Gene test could help spot men at high risk of prostate cancer
Screening men with a family history of prostate cancer for a range of gene defects could be used to identify those at risk of developing prostate cancer and more aggressive forms of the disease, according to UK scientists.
"If these results are confirmed in larger studies, it could make a real difference to the way prostate cancer is treated" - Dr Safia Danovi, Cancer Research UK
Researchers from the Institute of Cancer Research tested blood samples from 191 men with prostate cancer and who had multiple close relatives with the disease. They found 14 faults in genes that could be used to predict the development of prostate cancer.
As well as predicting which men are more likely to develop the disease, the scientists found that these same men also develop a more aggressive form.
The research raises the prospect of being able to genetically screen men with a family history of prostate cancer to determine who are more likely to develop the disease – a problem that has vexed scientists for many years.
Dr Iain Frame, director of research at Prostate Cancer UK, said: “The minefield of prostate cancer diagnosis is one of the biggest hurdles facing treatment of the disease today. Current tests fail to differentiate between aggressive cancers that could go on to kill, and cancers that may never cause any harm.
“This lack of clarity means that too often men and their doctors are left having to make incredibly difficult decisions on whether to treat the disease or not.”
The researchers used advanced DNA sequencing techniques to look for errors in the DNA of 22 known cancer genes at the same time – opening up the prospect of rapid genetic screening for prostate cancer for a wide range of genetic faults.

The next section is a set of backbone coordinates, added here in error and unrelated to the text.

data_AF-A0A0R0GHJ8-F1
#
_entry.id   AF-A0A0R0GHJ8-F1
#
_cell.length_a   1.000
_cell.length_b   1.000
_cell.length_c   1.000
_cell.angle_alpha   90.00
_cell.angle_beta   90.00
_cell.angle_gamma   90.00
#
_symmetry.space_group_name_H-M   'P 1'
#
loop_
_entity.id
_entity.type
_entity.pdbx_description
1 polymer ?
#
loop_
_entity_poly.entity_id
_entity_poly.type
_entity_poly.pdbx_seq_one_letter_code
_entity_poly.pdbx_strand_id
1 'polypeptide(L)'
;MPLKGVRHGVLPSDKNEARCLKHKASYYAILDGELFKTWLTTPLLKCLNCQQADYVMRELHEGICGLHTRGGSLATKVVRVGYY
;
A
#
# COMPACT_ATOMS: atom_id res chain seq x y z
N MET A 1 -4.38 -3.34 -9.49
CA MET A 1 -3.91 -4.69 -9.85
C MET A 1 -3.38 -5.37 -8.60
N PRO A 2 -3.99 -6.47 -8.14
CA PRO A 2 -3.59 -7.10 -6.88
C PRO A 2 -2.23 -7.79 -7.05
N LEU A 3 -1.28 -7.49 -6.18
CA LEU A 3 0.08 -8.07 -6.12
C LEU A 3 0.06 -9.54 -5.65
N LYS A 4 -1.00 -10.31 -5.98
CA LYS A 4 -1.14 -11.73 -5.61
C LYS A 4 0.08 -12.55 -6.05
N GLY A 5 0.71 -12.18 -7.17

Looking at men with a history of three or more cases of prostate cancer in their close family, the researchers found 14 genetic changes that were linked to the development of the disease.
Men with any of these 14 mutations were much more likely than those without to develop an aggressive form of cancer that spreads to other parts of the body, and to die from the disease.
Dr Safia Danovi, senior science information officer at Cancer Research UK, said: “This research will help us identify men most at risk of prostate cancer and shows they’re more likely to develop aggressive forms of the disease.”
She said such information could give prostate patients the opportunity to understand their risk and monitor early signs of the disease.
And once the results are confirmed in larger studies, it may also help doctors target intensive treatment to patients who really need it, she added.
Professor Ros Eeles, an author on the study and Professor of Oncogenics at The Institute of Cancer Research, London, and Honorary Consultant at The Royal Marsden NHS Foundation Trust, said: “Our study shows the potential benefit of putting prostate cancer on a par with cancers such as breast cancer when it comes to genetic testing.
The research, published in the British Journal of Cancer, was mainly funded by Prostate Cancer UK with additional support from Cancer Research UK.
Copyright Press Association 2014